Chris Adams (foreground), an archaeologist with the U.S. Forest service and a volunteer, wields a metal detector while Michael Donahue, a seasonal Little Bighorn Interpretive Ranger, looks on.

I understand that this archaeological study was made possible by a brush fire in 1983 -- how did the brush fire facilitate the excavation?

A careless smoker threw a cigarette out, driving along the highway. It caused a grass fire that burned all this stuff off, about 800 acres at the time. There have been two more fires since then. The good thing about the fires is that they got rid of all the invasive stuff and sagebrush and brought back native grasses, and they moved that vegetation to the point where you actually see the ground. Those were ideal conditions for us, from a metal detecting point of view. We couldn’t have tested that use of metal detectors in a better location at a better time.

What were some of the artifacts that the “diggers” [metal detectorists] were able to turn up at the site?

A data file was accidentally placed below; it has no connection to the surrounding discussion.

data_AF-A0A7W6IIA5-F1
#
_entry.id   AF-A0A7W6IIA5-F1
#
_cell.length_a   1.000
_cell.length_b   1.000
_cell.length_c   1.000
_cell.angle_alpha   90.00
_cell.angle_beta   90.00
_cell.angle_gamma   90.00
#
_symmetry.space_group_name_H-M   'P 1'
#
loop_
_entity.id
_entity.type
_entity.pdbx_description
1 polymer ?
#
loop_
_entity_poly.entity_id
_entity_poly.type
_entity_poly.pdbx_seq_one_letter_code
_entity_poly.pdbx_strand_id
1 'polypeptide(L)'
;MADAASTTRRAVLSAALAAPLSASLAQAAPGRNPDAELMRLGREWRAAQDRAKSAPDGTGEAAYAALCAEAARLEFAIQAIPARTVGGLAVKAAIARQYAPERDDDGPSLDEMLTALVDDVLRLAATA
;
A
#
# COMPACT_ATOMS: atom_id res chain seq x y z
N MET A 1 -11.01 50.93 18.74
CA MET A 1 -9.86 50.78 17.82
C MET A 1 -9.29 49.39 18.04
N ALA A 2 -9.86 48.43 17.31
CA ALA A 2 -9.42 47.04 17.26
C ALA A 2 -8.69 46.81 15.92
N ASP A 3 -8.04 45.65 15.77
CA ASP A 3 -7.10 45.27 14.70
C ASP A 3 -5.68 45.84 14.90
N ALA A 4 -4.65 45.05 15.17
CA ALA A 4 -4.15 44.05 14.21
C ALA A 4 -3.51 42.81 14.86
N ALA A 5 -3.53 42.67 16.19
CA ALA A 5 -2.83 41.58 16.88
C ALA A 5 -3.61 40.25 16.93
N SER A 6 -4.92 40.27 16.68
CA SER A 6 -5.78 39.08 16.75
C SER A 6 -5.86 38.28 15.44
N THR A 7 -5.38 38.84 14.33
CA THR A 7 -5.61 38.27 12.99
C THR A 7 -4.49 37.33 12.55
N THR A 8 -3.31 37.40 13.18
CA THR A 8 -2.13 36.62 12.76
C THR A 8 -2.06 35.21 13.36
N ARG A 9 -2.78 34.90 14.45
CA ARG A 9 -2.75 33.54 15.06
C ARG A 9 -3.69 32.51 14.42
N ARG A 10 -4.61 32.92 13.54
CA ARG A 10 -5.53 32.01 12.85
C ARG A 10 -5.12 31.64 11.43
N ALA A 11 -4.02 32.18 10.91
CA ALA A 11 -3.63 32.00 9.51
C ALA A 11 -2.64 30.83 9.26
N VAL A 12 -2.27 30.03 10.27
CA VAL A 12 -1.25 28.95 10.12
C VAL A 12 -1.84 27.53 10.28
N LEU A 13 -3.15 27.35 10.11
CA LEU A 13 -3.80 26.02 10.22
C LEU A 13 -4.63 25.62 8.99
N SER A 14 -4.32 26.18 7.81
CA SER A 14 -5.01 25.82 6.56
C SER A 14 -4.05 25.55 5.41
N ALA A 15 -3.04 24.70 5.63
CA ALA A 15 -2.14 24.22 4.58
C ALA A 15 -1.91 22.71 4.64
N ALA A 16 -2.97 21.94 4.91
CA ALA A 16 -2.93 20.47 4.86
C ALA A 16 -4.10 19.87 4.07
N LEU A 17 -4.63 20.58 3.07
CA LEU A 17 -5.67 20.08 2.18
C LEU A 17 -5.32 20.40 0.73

We suspected that there would be, besides cartridge casings and bullets, equipment left from soldiers' gear, parts of saddles, and personal items. We wondered about whether or not the Native American warriors who fought there would have left anything behind. We did find a few things related to Native American personal paraphernalia, as well as bullets and cartridge casings. We found a copper bracelet and a little ornament actually made out of a few cartridge casings with a little pebble inside it -- probably worn as a necklace on a warrior’s horse. We found saddle parts, buttons, coins, and a total of 50 cents in 5-cent pieces.